As the Research Partner of Distributed:
Trade, Chain Business Insights is providing this
early access into its exclusive research on blockchains’ role in supply chain
applications. At Distributed: Trade,
we will present highlights from our research and lead a panel of blockchain
innovators to offer a technology response to business issues.
IBM is working toward the
beta launch of a food-provenance service based on blockchain technology. An
outline of its planned offering, which has yet to be formally launched, has
emerged recently as a result of presentations by company executives at supply
chain industry events.
Dubbed simply “Food Safety Solution,” the service, which
should be available in beta at the end of this year, is targeting a wide range
of entities that make up the food supply chain ecosystem, including growers,
food processors and distributors, as well as logistics providers and retailers.
Within the food supply chain, the issue of food safety is a challenging one, impacted
by an industry modus operandi that is based on manual processes, paper records,
limited sharing of information and a lack of trust between participants that
drives numerous costly audit processes.
With its service, IBM is actually looking to address a range of issues that
impact the food supply chain in different ways, including:
Traceability back to the grower/food producer, which is especially important
when foodborne illnesses occur. Such incidents need to be dealt with quickly in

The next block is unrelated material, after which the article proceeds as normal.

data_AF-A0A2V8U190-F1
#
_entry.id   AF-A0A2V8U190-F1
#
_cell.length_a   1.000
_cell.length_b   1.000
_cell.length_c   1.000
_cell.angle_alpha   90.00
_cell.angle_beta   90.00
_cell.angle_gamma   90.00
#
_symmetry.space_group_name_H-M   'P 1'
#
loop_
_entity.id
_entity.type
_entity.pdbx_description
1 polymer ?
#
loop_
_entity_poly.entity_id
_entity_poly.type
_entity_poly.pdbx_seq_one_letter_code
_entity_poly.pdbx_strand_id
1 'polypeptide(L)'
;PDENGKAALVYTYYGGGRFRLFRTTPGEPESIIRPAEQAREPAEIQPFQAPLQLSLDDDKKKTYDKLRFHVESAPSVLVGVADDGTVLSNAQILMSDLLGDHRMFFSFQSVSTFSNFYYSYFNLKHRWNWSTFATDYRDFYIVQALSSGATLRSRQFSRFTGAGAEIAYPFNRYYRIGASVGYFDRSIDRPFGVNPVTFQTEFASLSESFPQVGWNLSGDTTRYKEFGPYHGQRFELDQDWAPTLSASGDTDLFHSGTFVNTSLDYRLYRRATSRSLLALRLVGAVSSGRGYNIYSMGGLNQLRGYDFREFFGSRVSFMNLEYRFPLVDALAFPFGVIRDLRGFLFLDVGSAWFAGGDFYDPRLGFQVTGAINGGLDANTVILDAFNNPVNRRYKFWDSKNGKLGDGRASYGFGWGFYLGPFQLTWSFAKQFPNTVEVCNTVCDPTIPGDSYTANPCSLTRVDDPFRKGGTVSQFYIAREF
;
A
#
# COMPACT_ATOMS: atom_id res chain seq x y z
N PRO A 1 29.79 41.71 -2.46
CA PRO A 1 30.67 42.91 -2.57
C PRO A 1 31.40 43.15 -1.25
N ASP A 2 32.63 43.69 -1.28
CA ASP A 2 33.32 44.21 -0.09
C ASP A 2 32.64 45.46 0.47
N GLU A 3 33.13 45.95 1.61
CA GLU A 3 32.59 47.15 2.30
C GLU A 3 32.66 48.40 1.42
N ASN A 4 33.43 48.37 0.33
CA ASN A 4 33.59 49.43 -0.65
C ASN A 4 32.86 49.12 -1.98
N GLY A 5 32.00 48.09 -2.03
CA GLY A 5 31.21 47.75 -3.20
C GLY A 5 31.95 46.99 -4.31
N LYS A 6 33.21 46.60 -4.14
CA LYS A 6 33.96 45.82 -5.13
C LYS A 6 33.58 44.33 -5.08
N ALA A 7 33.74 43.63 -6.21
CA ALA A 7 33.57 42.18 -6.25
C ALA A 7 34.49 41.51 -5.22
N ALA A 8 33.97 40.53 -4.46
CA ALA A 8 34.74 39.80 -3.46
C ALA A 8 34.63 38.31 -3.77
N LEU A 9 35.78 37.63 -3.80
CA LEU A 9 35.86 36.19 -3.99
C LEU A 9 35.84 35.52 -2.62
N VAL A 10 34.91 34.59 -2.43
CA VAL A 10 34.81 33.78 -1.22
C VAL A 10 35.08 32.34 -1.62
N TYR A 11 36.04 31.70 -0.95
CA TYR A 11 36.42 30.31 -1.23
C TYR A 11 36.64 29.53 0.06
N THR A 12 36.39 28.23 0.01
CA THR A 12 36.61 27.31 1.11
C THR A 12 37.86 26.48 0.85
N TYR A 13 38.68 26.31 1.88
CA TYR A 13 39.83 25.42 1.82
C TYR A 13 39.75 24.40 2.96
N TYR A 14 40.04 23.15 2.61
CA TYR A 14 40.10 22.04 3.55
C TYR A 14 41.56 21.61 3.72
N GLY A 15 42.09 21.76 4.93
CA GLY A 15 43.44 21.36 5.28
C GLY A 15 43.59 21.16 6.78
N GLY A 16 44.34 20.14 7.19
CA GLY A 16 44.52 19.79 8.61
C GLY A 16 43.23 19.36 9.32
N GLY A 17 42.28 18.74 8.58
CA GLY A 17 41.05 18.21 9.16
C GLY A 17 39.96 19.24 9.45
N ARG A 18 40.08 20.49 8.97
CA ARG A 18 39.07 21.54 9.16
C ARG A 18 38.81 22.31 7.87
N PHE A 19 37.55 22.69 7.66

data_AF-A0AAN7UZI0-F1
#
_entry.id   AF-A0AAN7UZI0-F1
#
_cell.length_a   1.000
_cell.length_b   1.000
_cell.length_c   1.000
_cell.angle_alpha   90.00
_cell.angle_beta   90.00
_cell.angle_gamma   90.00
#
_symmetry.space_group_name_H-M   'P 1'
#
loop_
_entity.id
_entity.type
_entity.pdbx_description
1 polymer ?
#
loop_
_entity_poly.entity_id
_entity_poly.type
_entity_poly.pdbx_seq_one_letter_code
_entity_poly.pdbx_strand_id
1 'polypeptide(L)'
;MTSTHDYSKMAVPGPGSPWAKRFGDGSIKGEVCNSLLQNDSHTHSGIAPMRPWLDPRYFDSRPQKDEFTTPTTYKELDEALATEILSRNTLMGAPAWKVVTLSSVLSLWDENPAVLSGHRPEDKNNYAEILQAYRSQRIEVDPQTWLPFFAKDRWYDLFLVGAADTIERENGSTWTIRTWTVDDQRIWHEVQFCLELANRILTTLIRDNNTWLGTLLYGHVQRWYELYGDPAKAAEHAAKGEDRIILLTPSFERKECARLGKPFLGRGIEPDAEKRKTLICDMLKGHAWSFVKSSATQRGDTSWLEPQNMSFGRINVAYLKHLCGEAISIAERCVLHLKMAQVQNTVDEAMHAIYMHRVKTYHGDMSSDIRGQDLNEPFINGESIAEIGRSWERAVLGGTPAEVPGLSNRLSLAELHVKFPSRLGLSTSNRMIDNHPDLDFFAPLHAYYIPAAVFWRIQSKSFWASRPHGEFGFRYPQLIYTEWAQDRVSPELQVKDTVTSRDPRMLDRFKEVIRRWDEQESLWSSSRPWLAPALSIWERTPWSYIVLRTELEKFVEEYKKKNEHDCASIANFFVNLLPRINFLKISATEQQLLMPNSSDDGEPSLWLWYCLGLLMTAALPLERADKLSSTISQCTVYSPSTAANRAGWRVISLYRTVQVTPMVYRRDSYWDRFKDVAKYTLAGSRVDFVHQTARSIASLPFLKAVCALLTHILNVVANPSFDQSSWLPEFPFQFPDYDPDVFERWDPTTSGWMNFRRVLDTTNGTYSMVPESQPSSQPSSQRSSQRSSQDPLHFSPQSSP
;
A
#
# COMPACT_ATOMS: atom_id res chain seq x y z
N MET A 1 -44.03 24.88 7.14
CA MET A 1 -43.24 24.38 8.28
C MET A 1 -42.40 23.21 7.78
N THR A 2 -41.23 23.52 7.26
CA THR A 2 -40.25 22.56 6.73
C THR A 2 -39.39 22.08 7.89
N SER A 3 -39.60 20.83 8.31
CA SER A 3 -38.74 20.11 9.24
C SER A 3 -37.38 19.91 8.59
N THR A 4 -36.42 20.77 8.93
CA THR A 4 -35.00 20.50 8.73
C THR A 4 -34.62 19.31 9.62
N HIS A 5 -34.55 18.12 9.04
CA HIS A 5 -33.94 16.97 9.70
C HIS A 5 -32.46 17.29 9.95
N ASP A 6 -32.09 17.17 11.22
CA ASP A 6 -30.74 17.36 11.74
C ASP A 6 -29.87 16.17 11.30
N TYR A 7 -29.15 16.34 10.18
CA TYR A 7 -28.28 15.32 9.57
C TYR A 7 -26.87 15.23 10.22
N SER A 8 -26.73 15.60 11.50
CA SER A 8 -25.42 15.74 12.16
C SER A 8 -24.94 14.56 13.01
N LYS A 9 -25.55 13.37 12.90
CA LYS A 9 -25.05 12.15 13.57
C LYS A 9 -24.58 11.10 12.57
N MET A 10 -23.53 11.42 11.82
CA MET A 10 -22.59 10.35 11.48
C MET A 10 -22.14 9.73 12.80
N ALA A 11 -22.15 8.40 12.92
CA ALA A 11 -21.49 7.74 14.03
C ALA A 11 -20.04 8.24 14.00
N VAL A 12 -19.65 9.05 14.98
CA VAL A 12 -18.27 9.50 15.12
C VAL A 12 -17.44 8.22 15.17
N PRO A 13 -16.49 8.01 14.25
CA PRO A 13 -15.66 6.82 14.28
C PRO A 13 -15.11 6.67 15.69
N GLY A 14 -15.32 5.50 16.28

order to minimize broader supply chain impacts.
Improving food freshness and reducing food waste, the former being demanded
increasingly by consumers, and the latter an imperative given global population
Transparency of food through a supply chain as consumers become increasingly
interested in where their food comes from and how it has been produced and
processed, with an eye on sustainability, organic production and reducing the
use of slave labor.
Reducing food fraud and complying with increasing record-keeping and
authenticity regulations, which significantly add to costs for those
transporting food through its supply chain.
IBM’s planned service would be based on its blockchain platform, which
leverages the open-source Hyperledger Fabric blockchain engineered for
performance and security. Running on its Bluemix cloud service, the food safety
offering would be provided on a software-as-a-service basis, with some services
free to use and others requiring monthly subscriptions and per-use payments.
Overall, the delivery and pricing model are designed to make the service
available to smaller players, such as local farms and specialist processing
IBM expects for participants to interact with its service via applications
running on mobile devices as well as through integration with existing systems
via application programming interfaces. The information captured could include
trade documents, certificates of authentication, and inspection and ownership
records that combine to provide an end-to-end provenance for food.
Beyond providing an immutable record of food supply chain documentation, the
service can also improve communications between participants, manage product
recalls and provide alerts when products might be nearing expiration dates.
Big Blue’s focus on food supply chains likely
draws on proof-of-concept and pilot projects that it has been undertaking in
recent months with retailer Walmart. For those trials, the companies have partnered
to track the supply chain of pork in China and mangoes in the U.S. At a recent
investor event, Walmart noted that its use of blockchain technology has shortened
the time it takes to trace the origin of food from days to minutes.
When the Commodity Futures Trading Commission (CFTC), a U.S. federal agency that regulates futures and options markets, issued a formal request for input on Ethereum, the Ethereum community took it upon itself to create a response.